Sorry, Your Edgy Comedy Still Isn’t Edgy

edgy comedy

My first appearance here at disinfo.com happened shortly before I became a contributor, when Thad came across one of my articles and reposted it here as Nope, Your Edgy Comedy Isn’t Edgy Anymore. Because that generated so much conversation I continued to come across similar opposing viewpoints. As I thought more about the whole thing and considered the feedback, I became able to more clearly articulate precisely why I no longer find certain types of comedic approaches conducive to the spirit of artistic rebellion against social norms. Art that doesn’t do that does not hold much importance or relevancy in my estimation. Perhaps my insistence that art be genuinely challenging and not just compulsively confrontational is a bit severe for your tastes, but without progress and principle art just becomes entertainment, an opiate for the modern masses.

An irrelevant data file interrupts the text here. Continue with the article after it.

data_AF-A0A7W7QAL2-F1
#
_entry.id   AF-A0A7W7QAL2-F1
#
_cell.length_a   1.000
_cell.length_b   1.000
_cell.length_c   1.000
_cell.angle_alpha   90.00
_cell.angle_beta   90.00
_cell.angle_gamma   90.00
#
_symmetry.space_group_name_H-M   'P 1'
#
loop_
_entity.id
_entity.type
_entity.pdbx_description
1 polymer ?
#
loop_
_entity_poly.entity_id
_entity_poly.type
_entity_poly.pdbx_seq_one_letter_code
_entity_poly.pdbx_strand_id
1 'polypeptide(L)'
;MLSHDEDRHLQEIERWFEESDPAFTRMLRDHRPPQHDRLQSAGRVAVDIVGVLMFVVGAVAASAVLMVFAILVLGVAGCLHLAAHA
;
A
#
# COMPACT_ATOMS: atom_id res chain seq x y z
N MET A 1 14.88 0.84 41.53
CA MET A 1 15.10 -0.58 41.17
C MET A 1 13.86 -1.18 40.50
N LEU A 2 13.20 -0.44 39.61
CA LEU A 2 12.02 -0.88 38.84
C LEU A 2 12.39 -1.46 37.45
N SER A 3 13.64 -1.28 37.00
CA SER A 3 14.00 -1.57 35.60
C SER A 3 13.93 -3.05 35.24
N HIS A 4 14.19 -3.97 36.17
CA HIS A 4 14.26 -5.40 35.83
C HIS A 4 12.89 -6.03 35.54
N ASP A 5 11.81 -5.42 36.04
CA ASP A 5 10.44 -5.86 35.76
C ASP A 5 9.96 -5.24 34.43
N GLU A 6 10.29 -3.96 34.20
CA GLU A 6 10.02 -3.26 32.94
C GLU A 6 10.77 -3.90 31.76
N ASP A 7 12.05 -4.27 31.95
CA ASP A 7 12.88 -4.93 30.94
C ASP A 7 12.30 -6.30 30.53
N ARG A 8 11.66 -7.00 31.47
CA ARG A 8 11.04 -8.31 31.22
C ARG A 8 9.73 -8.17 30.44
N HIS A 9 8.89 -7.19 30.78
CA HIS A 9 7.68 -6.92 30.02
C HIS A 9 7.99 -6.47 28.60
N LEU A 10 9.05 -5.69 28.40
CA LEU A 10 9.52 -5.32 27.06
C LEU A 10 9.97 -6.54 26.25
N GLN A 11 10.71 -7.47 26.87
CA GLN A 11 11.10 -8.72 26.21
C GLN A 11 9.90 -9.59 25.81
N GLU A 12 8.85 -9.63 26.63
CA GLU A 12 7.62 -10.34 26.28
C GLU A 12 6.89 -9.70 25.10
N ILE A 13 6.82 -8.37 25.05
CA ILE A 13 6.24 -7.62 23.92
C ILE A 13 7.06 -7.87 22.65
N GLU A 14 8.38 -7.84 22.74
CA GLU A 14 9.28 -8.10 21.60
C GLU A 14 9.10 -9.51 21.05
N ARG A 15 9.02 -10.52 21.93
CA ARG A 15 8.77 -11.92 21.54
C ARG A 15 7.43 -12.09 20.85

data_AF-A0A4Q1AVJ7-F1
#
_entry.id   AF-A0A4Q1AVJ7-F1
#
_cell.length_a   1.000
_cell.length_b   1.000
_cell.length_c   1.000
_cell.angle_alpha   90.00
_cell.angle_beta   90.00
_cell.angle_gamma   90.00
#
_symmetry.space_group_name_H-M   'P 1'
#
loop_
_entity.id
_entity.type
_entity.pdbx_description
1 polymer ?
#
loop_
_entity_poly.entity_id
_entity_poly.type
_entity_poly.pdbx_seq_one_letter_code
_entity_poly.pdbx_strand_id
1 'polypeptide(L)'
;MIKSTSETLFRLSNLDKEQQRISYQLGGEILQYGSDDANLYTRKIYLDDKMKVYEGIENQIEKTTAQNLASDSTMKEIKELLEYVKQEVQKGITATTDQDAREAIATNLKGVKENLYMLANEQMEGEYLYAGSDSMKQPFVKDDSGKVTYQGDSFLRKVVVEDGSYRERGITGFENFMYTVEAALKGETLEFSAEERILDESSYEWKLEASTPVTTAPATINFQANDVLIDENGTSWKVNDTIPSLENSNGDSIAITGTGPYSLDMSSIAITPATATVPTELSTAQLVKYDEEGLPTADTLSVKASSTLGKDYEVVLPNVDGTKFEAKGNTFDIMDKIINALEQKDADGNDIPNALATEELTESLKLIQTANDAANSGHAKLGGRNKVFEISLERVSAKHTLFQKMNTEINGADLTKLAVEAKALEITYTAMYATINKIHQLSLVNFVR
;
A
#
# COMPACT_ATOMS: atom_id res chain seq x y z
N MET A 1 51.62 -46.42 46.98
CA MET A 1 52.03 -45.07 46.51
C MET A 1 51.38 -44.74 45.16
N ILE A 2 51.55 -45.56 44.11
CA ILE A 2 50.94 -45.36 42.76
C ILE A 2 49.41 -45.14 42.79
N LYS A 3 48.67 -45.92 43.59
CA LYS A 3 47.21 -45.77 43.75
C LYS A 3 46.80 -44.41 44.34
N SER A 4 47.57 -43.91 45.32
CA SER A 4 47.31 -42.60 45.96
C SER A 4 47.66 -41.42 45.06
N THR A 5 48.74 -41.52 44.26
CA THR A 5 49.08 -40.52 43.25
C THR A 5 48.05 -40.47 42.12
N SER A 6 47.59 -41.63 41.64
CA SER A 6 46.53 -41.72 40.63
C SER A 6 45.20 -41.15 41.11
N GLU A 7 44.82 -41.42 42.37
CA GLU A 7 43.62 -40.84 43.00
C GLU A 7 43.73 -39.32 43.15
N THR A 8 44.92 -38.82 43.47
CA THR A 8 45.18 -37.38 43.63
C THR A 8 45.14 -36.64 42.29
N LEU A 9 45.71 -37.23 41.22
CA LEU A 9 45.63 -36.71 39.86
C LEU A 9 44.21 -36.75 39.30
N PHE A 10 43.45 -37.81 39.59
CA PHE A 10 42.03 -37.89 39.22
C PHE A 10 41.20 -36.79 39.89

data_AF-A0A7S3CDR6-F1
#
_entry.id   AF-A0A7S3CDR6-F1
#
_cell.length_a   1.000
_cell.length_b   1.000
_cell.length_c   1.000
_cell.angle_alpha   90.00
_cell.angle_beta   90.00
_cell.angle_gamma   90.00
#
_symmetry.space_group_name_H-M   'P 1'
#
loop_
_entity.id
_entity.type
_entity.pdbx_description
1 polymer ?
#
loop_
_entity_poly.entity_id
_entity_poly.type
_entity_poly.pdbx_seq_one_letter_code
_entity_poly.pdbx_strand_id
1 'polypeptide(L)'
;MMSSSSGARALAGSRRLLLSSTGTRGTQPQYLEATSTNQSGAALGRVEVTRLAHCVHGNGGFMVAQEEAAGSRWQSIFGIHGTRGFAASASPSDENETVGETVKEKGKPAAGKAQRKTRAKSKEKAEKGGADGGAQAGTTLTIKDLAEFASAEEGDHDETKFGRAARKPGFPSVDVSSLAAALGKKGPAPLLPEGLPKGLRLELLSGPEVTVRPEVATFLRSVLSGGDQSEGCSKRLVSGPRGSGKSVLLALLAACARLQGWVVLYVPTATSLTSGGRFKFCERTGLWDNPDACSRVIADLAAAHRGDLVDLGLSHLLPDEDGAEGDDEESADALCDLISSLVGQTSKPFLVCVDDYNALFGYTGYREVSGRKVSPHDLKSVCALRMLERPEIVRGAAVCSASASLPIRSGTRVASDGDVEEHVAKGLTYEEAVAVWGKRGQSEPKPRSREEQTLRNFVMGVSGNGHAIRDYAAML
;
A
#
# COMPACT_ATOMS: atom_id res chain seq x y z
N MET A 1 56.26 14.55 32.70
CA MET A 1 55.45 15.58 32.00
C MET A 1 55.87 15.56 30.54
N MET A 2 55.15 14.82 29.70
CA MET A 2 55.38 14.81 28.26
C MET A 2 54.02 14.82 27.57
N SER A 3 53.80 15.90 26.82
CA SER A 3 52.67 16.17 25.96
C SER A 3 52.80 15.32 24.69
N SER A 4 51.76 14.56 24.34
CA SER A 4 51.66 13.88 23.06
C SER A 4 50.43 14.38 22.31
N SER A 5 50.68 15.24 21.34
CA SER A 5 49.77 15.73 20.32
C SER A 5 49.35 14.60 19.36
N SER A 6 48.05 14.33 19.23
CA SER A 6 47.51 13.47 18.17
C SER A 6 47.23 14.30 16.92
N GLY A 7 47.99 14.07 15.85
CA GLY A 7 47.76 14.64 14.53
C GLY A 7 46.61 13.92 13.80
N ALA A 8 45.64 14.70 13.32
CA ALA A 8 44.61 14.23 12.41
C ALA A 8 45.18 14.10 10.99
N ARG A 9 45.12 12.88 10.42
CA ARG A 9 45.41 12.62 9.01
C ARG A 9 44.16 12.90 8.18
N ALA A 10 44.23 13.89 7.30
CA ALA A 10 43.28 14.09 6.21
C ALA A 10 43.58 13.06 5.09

So with that in mind, let’s play…

Is It Offensive or Is It Just Being A Butthole?

There is an entire ocean of nuance between offending social norms and just being a mean-spirited predator who replaces meaningful rebellion with shocking cliches.

After having written about my issues with comedians Louis Ck and Katt Williams I received nearly the same response over and over. That response, paraphrased, goes something like this:

We need to protect offensiveness from censorship because only by
offending normative sensibilities can we make ideological progress.

The thing is that I agree with that statement. Where I part ways is the standard definition for what qualifies as offensive.

When Katt Williams made a misogynistic remark, that was not offensive. Misogyny is itself a normative sensibility. It is a part of the status quo. To make misogynistic remarks is not to offend the normative sensibilities of the status quo, it actually does the opposite and upholds them.

Continue reading at The Dungherder

Here is a good example of a working comedian who is absolutely hilarious without having to resort to edgy, shock schlock, which in and of itself is a valid offense against current comedic norms. In fact, his clever but lighthearted mockery of contrived outrage is a valid artistic rebuttal to many of the most entrenched cultural norms of our time.